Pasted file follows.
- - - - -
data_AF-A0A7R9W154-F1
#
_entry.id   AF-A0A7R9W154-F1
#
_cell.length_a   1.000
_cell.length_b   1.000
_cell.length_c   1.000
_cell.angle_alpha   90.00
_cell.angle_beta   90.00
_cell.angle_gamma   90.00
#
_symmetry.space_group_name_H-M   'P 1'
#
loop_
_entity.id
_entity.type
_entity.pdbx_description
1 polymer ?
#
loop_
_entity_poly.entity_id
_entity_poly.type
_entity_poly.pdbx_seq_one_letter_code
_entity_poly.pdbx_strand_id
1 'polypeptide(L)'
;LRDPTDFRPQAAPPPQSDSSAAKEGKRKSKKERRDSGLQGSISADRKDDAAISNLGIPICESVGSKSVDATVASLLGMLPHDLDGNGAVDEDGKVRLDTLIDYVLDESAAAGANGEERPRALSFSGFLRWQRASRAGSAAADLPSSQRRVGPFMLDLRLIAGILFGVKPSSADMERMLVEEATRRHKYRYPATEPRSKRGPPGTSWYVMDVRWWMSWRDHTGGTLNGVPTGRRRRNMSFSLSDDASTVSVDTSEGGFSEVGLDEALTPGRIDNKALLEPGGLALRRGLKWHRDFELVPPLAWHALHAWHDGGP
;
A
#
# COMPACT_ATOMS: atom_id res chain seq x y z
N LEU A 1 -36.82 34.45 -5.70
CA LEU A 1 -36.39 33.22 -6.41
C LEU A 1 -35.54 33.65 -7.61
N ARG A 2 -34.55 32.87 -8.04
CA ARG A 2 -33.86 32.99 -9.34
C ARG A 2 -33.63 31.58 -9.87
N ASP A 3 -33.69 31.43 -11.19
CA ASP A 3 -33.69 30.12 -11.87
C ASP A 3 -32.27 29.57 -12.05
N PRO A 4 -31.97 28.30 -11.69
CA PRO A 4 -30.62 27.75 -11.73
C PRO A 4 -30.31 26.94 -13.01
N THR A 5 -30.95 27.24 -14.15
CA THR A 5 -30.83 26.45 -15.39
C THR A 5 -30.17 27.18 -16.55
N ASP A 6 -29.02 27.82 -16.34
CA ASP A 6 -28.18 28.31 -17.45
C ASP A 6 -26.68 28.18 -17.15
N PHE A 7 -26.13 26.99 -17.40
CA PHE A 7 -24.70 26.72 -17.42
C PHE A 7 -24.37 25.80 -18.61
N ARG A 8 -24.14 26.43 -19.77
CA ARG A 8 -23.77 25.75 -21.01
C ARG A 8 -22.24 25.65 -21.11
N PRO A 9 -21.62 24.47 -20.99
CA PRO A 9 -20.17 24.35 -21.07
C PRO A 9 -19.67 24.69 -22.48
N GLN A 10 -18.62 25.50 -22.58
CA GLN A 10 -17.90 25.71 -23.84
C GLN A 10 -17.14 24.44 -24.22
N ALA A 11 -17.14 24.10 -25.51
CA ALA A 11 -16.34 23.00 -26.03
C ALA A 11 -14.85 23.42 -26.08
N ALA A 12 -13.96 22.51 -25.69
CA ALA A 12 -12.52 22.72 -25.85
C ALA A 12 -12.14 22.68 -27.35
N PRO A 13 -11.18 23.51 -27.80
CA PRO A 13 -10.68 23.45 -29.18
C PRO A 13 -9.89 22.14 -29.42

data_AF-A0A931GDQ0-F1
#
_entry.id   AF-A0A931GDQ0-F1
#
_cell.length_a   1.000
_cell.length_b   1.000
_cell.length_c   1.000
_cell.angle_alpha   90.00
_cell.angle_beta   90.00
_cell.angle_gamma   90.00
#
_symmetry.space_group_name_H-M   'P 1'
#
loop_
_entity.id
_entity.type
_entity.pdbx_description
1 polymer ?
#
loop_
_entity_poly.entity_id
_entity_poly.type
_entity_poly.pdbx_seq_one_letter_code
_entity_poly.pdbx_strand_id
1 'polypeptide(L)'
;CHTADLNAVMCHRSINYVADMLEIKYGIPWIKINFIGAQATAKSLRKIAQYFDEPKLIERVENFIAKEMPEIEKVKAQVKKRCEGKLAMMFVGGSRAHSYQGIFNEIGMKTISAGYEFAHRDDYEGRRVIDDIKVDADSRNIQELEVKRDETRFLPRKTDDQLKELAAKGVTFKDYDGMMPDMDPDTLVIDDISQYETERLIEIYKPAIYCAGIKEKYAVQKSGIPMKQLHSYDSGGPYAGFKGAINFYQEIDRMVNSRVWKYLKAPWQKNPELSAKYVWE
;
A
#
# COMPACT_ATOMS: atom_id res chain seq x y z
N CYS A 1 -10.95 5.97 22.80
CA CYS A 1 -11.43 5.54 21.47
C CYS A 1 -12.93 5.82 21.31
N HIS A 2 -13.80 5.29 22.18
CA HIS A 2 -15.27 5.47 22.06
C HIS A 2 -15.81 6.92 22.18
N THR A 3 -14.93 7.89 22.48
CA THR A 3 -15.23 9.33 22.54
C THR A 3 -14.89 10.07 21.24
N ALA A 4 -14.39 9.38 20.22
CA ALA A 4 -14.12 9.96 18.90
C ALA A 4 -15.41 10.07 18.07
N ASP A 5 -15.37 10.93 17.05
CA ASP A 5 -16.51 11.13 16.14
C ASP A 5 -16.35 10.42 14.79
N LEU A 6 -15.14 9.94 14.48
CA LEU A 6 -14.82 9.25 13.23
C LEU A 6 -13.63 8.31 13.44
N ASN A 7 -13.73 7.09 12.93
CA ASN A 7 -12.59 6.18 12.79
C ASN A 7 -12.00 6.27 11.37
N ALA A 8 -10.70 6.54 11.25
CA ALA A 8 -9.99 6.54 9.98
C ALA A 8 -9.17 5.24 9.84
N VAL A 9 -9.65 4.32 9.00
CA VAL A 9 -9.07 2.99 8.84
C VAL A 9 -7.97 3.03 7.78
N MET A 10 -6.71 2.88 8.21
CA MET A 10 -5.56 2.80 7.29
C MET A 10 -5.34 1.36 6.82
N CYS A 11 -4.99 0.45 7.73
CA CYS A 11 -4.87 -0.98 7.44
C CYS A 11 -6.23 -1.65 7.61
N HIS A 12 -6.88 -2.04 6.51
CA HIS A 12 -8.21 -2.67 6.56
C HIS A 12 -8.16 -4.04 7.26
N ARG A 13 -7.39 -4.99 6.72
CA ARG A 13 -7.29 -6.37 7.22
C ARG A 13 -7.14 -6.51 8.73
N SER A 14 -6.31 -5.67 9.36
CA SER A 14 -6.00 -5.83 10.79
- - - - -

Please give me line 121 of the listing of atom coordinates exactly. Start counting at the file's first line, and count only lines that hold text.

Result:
N ALA A 8 -10.70 6.54 11.25